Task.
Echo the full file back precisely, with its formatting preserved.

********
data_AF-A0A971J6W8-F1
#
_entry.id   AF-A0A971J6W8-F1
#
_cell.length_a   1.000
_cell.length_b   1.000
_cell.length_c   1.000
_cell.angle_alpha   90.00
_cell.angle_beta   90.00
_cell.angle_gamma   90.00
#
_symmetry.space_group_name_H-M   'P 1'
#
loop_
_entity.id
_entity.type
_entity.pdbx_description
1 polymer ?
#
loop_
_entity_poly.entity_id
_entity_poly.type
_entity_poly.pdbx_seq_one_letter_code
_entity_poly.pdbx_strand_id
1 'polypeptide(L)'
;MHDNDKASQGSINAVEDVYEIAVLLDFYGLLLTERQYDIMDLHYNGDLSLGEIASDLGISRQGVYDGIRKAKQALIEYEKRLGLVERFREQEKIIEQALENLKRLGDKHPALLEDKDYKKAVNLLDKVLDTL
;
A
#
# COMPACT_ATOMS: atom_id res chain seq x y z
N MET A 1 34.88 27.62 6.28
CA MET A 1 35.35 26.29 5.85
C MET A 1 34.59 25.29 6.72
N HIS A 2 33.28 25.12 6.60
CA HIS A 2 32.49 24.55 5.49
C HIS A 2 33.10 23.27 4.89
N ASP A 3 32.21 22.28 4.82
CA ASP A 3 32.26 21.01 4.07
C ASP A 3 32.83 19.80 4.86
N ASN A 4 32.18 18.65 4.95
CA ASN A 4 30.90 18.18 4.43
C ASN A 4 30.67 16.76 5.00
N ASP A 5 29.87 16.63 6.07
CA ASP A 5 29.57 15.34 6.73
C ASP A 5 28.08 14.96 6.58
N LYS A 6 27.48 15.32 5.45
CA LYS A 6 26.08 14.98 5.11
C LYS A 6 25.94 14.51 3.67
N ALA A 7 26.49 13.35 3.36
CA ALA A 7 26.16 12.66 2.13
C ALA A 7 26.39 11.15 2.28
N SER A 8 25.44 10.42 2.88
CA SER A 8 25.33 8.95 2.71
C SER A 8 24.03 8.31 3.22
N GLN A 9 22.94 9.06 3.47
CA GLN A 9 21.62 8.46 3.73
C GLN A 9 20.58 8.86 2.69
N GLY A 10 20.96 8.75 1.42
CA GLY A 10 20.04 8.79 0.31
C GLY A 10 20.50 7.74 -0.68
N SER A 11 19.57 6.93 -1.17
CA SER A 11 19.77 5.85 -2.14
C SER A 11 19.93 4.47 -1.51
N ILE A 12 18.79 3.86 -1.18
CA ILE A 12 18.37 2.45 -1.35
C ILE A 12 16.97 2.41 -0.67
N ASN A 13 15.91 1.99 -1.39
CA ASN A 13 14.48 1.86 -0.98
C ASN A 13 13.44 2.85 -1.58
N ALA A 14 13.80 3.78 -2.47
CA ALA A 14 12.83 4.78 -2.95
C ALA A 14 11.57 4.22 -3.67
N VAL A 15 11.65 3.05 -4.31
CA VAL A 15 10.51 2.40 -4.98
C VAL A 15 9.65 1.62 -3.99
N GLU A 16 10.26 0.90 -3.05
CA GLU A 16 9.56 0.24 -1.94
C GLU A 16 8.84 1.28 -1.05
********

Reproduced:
data_AF-A0A971J6W8-F1
#
_entry.id   AF-A0A971J6W8-F1
#
_cell.length_a   1.000
_cell.length_b   1.000
_cell.length_c   1.000
_cell.angle_alpha   90.00
_cell.angle_beta   90.00
_cell.angle_gamma   90.00
#
_symmetry.space_group_name_H-M   'P 1'
#
loop_
_entity.id
_entity.type
_entity.pdbx_description
1 polymer ?
#
loop_
_entity_poly.entity_id
_entity_poly.type
_entity_poly.pdbx_seq_one_letter_code
_entity_poly.pdbx_strand_id
1 'polypeptide(L)'
;MHDNDKASQGSINAVEDVYEIAVLLDFYGLLLTERQYDIMDLHYNGDLSLGEIASDLGISRQGVYDGIRKAKQALIEYEKRLGLVERFREQEKIIEQALENLKRLGDKHPALLEDKDYKKAVNLLDKVLDTL
;
A
#
# COMPACT_ATOMS: atom_id res chain seq x y z
N MET A 1 34.88 27.62 6.28
CA MET A 1 35.35 26.29 5.85
C MET A 1 34.59 25.29 6.72
N HIS A 2 33.28 25.12 6.60
CA HIS A 2 32.49 24.55 5.49
C HIS A 2 33.10 23.27 4.89
N ASP A 3 32.21 22.28 4.82
CA ASP A 3 32.26 21.01 4.07
C ASP A 3 32.83 19.80 4.86
N ASN A 4 32.18 18.65 4.95
CA ASN A 4 30.90 18.18 4.43
C ASN A 4 30.67 16.76 5.00
N ASP A 5 29.87 16.63 6.07
CA ASP A 5 29.57 15.34 6.73
C ASP A 5 28.08 14.96 6.58
N LYS A 6 27.48 15.32 5.45
CA LYS A 6 26.08 14.98 5.11
C LYS A 6 25.94 14.51 3.67
N ALA A 7 26.49 13.35 3.36
CA ALA A 7 26.16 12.66 2.13
C ALA A 7 26.39 11.15 2.28
N SER A 8 25.44 10.42 2.88
CA SER A 8 25.33 8.95 2.71
C SER A 8 24.03 8.31 3.22
N GLN A 9 22.94 9.06 3.47
CA GLN A 9 21.62 8.46 3.73
C GLN A 9 20.58 8.86 2.69
N GLY A 10 20.96 8.75 1.42
CA GLY A 10 20.04 8.79 0.31
C GLY A 10 20.50 7.74 -0.68
N SER A 11 19.57 6.93 -1.17
CA SER A 11 19.77 5.85 -2.14
C SER A 11 19.93 4.47 -1.51
N ILE A 12 18.79 3.86 -1.18
CA ILE A 12 18.37 2.45 -1.35
C ILE A 12 16.97 2.41 -0.67
N ASN A 13 15.91 1.99 -1.39
CA ASN A 13 14.48 1.86 -0.98
C ASN A 13 13.44 2.85 -1.58
N ALA A 14 13.80 3.78 -2.47
CA ALA A 14 12.83 4.78 -2.95
C ALA A 14 11.57 4.22 -3.67
N VAL A 15 11.65 3.05 -4.31
CA VAL A 15 10.51 2.40 -4.98
C VAL A 15 9.65 1.62 -3.99
N GLU A 16 10.26 0.90 -3.05
CA GLU A 16 9.56 0.24 -1.94
C GLU A 16 8.84 1.28 -1.05